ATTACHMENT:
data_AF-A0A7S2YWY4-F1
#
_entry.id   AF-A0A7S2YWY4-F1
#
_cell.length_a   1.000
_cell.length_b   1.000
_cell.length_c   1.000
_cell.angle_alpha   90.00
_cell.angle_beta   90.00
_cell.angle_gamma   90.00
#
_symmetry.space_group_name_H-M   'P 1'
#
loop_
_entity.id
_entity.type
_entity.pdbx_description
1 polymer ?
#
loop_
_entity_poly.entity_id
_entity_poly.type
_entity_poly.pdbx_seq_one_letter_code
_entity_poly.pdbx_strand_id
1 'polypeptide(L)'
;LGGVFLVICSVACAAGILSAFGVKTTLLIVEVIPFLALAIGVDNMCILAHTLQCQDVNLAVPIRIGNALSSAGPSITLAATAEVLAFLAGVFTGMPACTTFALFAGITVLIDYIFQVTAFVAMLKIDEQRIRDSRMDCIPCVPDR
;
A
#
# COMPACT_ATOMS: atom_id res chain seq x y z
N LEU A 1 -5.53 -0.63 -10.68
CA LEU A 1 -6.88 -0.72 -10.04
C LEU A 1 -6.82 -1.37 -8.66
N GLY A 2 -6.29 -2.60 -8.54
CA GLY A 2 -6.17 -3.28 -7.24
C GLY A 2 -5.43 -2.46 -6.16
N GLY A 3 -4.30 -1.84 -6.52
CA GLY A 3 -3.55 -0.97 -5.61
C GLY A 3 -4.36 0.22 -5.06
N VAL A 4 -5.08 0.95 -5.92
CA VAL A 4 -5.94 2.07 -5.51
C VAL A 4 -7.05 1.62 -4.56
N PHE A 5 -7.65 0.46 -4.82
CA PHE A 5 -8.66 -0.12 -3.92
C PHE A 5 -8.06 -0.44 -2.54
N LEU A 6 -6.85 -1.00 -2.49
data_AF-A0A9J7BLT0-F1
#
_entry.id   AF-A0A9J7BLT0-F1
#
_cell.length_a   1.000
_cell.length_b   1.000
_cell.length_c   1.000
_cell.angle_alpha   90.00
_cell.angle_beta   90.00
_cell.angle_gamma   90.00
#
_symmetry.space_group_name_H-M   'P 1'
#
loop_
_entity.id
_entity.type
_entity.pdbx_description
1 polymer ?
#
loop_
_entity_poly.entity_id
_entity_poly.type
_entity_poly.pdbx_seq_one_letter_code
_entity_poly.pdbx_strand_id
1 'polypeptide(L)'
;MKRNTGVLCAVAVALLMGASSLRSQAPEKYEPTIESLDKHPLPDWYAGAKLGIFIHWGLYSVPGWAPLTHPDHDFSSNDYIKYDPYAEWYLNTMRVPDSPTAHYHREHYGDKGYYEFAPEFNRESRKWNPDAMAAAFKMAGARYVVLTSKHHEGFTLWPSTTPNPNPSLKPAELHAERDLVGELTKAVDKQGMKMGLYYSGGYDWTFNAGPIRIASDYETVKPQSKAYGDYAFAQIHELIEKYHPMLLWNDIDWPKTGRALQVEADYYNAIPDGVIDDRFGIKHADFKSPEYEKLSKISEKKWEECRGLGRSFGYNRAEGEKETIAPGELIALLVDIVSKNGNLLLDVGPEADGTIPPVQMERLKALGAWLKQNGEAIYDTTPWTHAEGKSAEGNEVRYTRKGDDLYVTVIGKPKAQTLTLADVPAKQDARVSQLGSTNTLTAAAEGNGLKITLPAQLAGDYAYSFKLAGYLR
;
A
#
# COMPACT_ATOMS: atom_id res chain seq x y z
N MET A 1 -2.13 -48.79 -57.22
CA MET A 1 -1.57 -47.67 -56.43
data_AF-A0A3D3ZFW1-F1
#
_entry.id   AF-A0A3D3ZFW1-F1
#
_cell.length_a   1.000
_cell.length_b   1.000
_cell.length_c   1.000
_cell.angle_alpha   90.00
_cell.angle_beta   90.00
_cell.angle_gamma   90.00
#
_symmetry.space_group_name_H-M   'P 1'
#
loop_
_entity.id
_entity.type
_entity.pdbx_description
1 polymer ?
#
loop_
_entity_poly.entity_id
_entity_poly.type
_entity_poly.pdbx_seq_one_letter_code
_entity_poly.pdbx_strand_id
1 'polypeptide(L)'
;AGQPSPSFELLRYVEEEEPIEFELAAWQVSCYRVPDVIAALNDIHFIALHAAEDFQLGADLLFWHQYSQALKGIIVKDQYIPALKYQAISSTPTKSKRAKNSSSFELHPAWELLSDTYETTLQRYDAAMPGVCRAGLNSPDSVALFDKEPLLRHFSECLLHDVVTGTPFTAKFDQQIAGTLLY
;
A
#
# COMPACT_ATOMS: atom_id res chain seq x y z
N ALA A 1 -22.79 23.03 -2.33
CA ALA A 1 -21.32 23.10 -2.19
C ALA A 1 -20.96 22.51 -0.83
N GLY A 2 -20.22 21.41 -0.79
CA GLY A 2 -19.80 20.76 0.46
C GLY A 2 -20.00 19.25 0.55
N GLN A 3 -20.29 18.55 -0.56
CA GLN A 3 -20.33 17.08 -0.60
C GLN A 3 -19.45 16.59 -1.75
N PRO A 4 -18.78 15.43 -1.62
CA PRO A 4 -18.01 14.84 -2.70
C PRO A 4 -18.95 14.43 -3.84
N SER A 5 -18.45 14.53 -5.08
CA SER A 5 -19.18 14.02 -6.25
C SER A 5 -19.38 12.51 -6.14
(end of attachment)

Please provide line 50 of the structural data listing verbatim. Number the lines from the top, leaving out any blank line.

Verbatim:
#